Three volcanoes in Indonesia are at high risk of erupting, authorities warned after Mount Sinabung killed 15 people in North Sumatra over the weekend.
Indonesia's disaster management agency said communities around three active volcanoes on the archipelago are at risk and should be prepared to evacuate.
Sutopo Purwo Nugroho, spokesman for the National Disaster Management Agency (BNPB), told the Jakarta Globe: "The [third level of alert] status means that all the data show that an eruption or a disaster could happen. It means preparation for the people living in the dangerous areas; setting up emergency facilities, daily coordination, and full-time patrols."
Authorities said Karangetang and Lokon volcanoes on Sulawesi Island and Roketada in East Nusa Tenggara have been placed on high alert – the third in a four level scale.
Emergency teams are active in these areas and are preparing to evacuate communities in the event of any eruptions.
The warning follows increased activity from Sinabung, which has been erupting since September last year. The volcano is currently on the highest alert level.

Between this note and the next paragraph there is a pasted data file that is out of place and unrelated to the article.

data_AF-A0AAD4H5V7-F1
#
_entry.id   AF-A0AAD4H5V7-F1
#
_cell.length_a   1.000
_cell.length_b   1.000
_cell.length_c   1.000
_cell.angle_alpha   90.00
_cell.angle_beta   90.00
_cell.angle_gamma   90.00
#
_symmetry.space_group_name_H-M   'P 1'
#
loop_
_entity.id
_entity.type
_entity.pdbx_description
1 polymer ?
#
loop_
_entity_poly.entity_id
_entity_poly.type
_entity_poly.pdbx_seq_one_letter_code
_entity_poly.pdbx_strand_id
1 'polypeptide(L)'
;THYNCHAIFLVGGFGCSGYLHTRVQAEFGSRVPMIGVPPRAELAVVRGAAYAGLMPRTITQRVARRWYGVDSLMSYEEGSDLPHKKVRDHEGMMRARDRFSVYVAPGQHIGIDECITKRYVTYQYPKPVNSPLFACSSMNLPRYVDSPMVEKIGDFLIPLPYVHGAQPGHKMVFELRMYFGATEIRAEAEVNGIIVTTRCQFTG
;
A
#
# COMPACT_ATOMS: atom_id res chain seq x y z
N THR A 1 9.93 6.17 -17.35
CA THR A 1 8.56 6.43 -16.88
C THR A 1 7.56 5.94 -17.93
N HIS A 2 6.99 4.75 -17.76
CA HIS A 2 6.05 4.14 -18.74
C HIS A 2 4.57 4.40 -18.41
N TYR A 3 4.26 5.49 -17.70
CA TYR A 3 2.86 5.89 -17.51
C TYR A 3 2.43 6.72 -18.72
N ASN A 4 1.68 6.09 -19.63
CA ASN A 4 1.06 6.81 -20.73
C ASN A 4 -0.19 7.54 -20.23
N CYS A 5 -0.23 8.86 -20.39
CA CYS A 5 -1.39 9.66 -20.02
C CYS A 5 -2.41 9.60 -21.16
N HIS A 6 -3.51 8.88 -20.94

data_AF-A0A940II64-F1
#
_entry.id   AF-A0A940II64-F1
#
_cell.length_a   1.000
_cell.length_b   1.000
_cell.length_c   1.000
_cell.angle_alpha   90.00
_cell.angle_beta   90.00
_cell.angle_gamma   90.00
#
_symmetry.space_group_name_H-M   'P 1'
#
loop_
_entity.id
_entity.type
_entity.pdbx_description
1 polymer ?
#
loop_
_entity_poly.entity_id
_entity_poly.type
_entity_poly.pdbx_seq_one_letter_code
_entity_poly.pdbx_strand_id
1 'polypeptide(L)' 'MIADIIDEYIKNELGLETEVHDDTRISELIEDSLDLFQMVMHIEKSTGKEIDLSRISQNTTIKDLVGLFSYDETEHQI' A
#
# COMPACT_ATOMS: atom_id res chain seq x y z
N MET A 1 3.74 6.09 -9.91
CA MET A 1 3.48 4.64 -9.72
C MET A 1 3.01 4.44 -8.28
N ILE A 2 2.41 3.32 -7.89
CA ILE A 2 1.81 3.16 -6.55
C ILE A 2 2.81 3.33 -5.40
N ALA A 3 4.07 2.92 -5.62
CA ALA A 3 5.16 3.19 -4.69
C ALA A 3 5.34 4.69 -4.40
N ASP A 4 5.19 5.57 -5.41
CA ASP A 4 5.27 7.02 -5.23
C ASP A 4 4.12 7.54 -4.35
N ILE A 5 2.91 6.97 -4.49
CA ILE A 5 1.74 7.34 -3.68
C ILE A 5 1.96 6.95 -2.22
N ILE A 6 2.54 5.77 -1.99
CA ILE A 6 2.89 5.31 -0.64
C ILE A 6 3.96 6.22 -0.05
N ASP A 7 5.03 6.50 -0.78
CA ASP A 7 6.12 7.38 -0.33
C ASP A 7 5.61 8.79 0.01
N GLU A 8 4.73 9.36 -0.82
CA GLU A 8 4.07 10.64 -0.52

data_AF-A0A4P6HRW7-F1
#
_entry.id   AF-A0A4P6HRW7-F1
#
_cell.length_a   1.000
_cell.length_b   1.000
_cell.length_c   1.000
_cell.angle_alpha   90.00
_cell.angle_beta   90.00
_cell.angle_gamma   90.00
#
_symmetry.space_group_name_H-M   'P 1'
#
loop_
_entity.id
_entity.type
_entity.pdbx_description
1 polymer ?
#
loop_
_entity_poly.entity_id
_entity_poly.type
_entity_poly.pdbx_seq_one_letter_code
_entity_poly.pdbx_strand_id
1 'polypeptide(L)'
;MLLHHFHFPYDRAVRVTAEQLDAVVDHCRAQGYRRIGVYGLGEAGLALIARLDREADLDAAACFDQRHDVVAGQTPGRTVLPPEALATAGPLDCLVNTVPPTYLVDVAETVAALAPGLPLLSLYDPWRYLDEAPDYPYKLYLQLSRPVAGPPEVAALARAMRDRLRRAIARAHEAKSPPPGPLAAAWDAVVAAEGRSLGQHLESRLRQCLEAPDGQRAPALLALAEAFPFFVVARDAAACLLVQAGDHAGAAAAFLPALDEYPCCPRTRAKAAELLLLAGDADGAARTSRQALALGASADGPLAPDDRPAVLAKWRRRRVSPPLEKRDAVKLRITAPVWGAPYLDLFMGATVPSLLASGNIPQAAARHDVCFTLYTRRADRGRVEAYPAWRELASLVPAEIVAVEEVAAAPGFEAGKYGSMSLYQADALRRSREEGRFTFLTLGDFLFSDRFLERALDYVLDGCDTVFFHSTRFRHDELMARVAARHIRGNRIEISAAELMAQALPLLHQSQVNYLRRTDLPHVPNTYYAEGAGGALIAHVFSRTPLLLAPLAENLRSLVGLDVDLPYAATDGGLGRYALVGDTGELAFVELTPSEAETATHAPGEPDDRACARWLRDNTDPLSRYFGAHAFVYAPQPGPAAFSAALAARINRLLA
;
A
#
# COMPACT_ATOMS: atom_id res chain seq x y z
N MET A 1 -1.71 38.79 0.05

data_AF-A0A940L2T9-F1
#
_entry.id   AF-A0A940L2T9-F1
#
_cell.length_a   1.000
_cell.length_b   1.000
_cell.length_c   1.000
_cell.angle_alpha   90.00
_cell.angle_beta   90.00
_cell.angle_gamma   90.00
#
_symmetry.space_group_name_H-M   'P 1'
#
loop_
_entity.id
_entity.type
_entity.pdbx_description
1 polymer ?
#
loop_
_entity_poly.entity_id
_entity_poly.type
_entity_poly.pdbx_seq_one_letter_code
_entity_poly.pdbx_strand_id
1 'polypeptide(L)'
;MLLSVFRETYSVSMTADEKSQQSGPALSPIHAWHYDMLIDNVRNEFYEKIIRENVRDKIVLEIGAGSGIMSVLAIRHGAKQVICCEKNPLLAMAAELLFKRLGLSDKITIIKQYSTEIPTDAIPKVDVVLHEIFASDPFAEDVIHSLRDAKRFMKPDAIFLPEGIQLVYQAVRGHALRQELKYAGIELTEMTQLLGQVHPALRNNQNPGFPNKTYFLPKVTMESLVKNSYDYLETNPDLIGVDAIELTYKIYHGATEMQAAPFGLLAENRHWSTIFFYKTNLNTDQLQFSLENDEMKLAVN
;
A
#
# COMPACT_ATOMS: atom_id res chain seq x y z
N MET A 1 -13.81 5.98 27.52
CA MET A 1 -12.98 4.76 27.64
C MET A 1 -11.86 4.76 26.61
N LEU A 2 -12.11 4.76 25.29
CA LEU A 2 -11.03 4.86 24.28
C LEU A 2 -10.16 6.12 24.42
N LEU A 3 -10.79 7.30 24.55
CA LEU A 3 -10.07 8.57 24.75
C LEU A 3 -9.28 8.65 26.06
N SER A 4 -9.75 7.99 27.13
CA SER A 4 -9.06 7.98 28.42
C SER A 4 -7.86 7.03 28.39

A further 19 volcanoes in the area have been placed on the second alert level, which suggests disaster management agencies are monitoring their activity for any changes.
The volcanoes being monitored are Kelud, Raung, Ibu, Lewotobi Perempuan, Ijen, Gamkonora, Soputan, Sangeangapi, Papandayan, Dieng, Seulewah Agam, Gamalama, Bromo, Semeru, Talang, Anak Krakatau, Marapi, Dukono, and Kerinci.
Despite the warnings in place, HR Laksono from the Ministry of Welfare said people should not be alarmed: "People should not panic. All relevant agencies are working to oversee the development of emergency plans and are taking anticipatory measures," he told Indonesia's Antra news agency.
He said people must follow any instructions issued by the government and evacuate if necessary, adding that people should avoid areas around volcanoes and take note of any restrictions in place.
After Sinabung's eruption led to at least 14 deaths, Indonesian president Susilo Bambang Yudhoyono sent a message of sympathy to those affected by the volcano: "I'm so sad because I had warned all people to remain at the evacuation shelters, to be patient and not return to their villages if conditions were not safe enough."